Back from the brink:
Parent's love prevents Jewish girl from converting to Islam

Nothing about this passenger was routine. Her journey began 2 years ago in supermarket she worked at, near her home in hareidi neighborhood.

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The brink
The brink
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To the innocent bystander, the tearful departure at Ben Gurion Airport appeared routine. Another teenaged girl was bidding farewell to her parents as she embarked on a youthful adventure abroad.

But nothing about this passenger, whom we'll call Rachel, was routine. Her journey began two years ago in a supermarket she worked at across from her home in a heavily chareidi neighborhood.

On her first day on the job she met Mahmoud, a Muslim youth her age, and the two struck up a relationship that quickly became serious. Under the nose of her unsuspecting parents, the two decided to marry and raise a family.

Rachel's parents raised their pained voices in protest, but it was too late. Rachel was head over heels in love with Mahmoud. But then her prospective in-laws, devout Muslims, entered the picture, with their demand that Rachel convert to Islam.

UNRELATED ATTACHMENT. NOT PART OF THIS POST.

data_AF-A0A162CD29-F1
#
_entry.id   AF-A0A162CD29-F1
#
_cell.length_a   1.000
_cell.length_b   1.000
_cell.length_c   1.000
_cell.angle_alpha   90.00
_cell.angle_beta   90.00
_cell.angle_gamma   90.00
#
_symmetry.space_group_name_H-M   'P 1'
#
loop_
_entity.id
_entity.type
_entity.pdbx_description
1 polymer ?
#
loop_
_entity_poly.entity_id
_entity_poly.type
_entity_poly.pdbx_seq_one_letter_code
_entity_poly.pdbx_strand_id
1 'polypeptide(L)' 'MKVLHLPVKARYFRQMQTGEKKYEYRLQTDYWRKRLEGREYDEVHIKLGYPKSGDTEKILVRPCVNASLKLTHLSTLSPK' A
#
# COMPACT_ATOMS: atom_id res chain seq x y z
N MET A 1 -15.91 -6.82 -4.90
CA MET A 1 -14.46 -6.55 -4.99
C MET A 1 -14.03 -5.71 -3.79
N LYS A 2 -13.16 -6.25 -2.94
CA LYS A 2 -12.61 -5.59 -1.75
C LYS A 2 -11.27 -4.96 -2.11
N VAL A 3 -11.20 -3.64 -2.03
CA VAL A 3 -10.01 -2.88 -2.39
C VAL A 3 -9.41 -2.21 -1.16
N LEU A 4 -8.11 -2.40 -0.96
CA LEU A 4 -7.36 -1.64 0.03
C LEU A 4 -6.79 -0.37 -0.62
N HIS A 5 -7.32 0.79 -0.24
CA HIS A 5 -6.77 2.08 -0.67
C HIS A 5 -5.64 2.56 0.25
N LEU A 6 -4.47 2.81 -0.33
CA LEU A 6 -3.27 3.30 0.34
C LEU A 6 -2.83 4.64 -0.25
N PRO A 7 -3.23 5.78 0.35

She was sent to Kafr Qara, an Arab town in northern Israel, to study the religion. For Rachel's parents, her Islamic studies and intention to convert was the straw that broke the camel's back, pushing them to overcome their shame and appeal to Yad L'Achim for help.

When the daughter refused to meet with any members of the rescue organization, Yad L'Achim's experts focused their efforts on providing the parents with the tools they needed to reach Rachel.

With the help of a counselor who was assigned to them full-time, the parents learned how to go about developing a close relationship with their daughter despite their emotional distress over her lifestyle. They succeeded in arranging a meeting near her home, where they expressed their genuine love for her.

They continued to stay in touch, expressing their support and acceptance of her as their daughter, no matter what, in the hope that their love would bring about the desired change.

The turning point came in the middle of a night. The phone in the parents' house rang. Rachel was on the line. In a frightened whisper, she pleaded, "Come take me, take me out of this house."

Shortly after returning home, Rachel asked her parents for the chance to open a new page in her life and go abroad for studies, where she could live with relatives and learn in a reputed Midrashiya. She is determined to rehabilitate her life and find joy and comfort in the embrace of her people and her family.



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